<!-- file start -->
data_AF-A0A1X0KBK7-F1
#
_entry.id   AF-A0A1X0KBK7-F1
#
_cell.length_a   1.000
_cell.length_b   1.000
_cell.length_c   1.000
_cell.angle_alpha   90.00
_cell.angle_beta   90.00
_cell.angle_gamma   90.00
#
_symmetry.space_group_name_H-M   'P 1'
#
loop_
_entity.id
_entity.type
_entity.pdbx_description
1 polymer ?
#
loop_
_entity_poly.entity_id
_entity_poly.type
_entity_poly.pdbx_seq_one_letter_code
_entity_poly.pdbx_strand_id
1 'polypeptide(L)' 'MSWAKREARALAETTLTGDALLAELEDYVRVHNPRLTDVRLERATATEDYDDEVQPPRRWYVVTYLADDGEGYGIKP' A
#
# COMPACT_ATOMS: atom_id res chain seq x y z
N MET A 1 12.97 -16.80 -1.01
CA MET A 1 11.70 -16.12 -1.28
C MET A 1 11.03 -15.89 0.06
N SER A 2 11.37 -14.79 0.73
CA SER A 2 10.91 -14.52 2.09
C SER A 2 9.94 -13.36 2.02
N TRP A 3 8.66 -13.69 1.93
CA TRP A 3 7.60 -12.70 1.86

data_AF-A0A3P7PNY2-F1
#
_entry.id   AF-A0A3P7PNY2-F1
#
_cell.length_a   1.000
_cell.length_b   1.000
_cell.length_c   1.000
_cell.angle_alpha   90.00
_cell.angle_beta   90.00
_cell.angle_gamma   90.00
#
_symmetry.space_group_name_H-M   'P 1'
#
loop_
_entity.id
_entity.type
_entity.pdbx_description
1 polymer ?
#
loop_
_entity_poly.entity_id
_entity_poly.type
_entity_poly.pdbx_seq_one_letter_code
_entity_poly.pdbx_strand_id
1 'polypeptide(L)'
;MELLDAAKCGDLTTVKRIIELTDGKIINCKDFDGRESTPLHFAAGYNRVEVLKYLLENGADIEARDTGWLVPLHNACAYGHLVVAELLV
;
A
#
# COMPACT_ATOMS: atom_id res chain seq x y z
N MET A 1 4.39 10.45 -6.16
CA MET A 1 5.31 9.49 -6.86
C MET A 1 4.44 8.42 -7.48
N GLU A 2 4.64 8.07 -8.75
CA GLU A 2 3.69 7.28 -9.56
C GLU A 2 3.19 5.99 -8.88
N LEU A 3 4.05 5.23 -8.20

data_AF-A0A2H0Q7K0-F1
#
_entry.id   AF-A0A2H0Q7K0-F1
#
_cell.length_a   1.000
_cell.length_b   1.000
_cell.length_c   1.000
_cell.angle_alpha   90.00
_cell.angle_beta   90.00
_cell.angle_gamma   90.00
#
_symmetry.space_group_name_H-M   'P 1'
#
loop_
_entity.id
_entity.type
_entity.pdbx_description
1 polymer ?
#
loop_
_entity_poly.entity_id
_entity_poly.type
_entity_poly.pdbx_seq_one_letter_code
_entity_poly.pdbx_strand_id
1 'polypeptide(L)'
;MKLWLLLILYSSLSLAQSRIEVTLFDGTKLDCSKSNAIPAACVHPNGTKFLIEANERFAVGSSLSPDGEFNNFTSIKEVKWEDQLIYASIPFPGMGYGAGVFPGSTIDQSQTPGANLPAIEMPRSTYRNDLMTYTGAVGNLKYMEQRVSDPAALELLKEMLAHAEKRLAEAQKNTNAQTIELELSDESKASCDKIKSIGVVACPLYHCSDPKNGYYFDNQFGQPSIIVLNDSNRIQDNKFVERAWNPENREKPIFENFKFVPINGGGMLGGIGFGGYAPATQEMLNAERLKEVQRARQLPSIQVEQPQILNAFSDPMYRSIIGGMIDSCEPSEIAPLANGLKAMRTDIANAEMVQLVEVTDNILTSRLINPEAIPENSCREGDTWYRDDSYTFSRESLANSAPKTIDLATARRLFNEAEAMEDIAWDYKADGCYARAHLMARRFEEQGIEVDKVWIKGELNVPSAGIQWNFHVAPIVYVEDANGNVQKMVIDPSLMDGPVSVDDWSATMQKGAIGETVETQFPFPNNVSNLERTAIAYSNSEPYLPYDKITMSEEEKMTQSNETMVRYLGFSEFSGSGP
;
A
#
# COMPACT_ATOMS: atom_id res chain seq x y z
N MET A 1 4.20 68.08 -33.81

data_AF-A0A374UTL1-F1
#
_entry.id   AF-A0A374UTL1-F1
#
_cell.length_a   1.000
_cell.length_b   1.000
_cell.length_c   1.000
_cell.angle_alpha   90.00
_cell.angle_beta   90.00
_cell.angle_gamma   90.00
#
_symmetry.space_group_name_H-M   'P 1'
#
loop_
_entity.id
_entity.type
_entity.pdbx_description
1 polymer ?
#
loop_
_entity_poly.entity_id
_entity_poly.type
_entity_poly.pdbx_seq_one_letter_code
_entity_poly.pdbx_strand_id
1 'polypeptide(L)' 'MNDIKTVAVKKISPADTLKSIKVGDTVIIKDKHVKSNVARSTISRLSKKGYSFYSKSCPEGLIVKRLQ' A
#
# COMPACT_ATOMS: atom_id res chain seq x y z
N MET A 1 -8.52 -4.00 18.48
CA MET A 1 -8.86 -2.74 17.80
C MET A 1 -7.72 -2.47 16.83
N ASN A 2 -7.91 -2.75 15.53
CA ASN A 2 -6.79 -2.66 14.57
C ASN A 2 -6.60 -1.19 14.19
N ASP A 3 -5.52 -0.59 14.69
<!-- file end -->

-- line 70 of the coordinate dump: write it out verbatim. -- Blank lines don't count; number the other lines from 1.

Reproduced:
CA GLU A 2 3.69 7.28 -9.56